Stepping Up During The Government Shutdown

January 22, 2019
Shutdown

© Bradley Greeff | Dreamstime.com

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Scrolling through your newsfeed, you're bound to see plenty about the government shutdown. Hundreds of thousands of federal workers have been either furloughed or are working without pay. Washington is home to 11 thousand of them. Most of those affected are not in high paying jobs, so going without a paycheck is getting tougher as the shutdown drags on week after week. But the longer it goes on, the more others are stepping up to help. All over the country, communities are coming together to lend a hand. At Payitfurloughed.com you can buy a beer for a furloughed worker in DC. Restaurants owned by rockers Jon Bon Jovi and KISS are offering free meals to customers who show their federal ID's. There's plenty of love being spread around The Sound, too. A food bank for Coast Guard members has been set up by volunteers at the base in Seattle. There's also a food bank in Ballard that is helping other federal workers, and because our pets have to eat, too, Seattle Humane is letting the federally employed know about their pet food bank. Several local restaurants have stepped up to offer free meals or discounts to furloughed workers.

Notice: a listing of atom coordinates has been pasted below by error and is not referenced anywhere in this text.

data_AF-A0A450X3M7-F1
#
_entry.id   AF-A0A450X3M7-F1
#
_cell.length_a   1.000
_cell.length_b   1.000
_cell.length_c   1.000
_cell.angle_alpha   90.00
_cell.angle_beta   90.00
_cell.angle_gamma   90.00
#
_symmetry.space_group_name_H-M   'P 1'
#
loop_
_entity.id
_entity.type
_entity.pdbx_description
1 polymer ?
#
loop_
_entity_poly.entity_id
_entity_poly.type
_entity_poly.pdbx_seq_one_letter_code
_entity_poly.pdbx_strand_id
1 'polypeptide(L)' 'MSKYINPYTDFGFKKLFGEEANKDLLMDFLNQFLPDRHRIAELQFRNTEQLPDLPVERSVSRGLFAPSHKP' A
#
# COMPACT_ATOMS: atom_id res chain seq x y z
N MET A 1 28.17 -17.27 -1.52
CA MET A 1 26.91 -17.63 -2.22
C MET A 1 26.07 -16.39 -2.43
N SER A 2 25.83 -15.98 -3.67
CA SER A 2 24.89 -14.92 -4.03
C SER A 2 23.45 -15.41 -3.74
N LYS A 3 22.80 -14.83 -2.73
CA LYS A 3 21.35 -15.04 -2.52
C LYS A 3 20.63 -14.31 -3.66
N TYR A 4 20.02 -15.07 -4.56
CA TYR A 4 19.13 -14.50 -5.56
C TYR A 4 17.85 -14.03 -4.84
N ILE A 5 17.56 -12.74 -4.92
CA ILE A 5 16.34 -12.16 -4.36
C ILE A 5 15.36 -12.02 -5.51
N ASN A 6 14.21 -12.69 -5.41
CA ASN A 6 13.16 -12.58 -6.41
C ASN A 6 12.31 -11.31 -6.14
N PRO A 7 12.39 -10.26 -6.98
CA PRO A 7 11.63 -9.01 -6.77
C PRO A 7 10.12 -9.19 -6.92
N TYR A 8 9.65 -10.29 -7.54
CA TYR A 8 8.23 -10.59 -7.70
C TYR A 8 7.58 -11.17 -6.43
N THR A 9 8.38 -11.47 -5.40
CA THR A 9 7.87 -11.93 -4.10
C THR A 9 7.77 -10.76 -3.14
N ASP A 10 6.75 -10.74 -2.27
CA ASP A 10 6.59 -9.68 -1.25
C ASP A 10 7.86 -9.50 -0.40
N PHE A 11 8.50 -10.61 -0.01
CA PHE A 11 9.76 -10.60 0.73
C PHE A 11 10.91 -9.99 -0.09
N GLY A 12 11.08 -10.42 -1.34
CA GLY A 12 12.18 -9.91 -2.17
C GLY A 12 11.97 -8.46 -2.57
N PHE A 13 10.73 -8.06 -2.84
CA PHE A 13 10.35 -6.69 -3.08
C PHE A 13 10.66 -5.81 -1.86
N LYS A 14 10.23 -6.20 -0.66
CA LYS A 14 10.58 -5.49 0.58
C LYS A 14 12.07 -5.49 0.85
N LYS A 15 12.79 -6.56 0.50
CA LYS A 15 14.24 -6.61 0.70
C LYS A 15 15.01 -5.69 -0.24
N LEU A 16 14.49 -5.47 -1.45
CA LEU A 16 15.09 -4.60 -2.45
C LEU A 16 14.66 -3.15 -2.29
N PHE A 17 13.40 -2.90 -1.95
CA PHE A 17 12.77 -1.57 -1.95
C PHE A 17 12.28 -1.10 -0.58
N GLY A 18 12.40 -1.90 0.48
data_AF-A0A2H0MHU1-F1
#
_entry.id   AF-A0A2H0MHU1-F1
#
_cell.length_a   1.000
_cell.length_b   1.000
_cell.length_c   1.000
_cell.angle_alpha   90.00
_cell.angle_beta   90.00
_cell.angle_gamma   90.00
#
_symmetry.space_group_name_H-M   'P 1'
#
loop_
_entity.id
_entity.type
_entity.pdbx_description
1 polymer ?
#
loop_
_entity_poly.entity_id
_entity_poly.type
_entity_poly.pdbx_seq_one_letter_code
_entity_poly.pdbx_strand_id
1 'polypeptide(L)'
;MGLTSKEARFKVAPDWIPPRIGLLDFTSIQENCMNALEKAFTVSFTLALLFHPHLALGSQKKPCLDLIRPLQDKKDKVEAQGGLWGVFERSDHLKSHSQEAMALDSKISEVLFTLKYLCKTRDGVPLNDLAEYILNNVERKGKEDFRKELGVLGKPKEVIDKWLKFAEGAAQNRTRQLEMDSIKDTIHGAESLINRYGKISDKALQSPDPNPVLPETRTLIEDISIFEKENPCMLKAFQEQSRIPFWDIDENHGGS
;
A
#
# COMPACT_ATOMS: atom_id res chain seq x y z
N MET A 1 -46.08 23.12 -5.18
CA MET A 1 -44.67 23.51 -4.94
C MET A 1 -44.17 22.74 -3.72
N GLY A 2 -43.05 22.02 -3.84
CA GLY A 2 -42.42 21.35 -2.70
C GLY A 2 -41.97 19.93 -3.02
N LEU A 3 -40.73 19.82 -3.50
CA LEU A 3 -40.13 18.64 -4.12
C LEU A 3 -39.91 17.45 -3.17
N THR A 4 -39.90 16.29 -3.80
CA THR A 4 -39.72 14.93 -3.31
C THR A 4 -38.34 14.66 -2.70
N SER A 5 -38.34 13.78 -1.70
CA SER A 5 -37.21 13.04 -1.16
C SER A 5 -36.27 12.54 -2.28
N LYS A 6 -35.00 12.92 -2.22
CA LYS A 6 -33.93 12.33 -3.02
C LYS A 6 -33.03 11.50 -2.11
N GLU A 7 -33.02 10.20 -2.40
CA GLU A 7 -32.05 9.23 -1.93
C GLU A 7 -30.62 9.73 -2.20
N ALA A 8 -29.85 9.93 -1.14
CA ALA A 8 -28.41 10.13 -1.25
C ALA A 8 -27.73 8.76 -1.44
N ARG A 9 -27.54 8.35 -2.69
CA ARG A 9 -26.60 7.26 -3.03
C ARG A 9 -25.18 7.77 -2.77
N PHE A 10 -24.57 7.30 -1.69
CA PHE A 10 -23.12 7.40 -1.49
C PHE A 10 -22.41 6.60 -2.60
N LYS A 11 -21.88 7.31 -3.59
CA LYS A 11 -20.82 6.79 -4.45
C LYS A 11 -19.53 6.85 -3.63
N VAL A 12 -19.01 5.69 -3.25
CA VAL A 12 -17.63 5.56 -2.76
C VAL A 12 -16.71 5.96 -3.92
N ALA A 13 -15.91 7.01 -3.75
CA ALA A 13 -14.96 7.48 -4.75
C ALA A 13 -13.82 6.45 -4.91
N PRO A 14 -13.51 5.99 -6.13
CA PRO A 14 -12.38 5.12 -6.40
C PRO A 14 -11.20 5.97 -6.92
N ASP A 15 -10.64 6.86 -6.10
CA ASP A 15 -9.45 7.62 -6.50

It's hard, if not impossible, to pay the bills when there's no money coming in. AT&T, T-Mobile and Verizon are encouraging their furloughed customers to call to arrange special payment plans/deferrals. Banks and credit unions are offering interest-free loans and/or waiving late fees. Utility companies are also offering some relief to those who ask. Even the Seattle Symphony is letting furloughed workers into its performances for free.

Probably the most interesting offer comes from Rosetta Stone, the language learning service.  If you're a federal worker who's staying home, why not use that time learning a new language? Drop them a line at expandyourword@rosettastone.com and find out about their free offer.

It's the longest government shut down in U.S. history and no matter how you look at it, it's a bad thing. But if you look around it, there is plenty of good going on, too.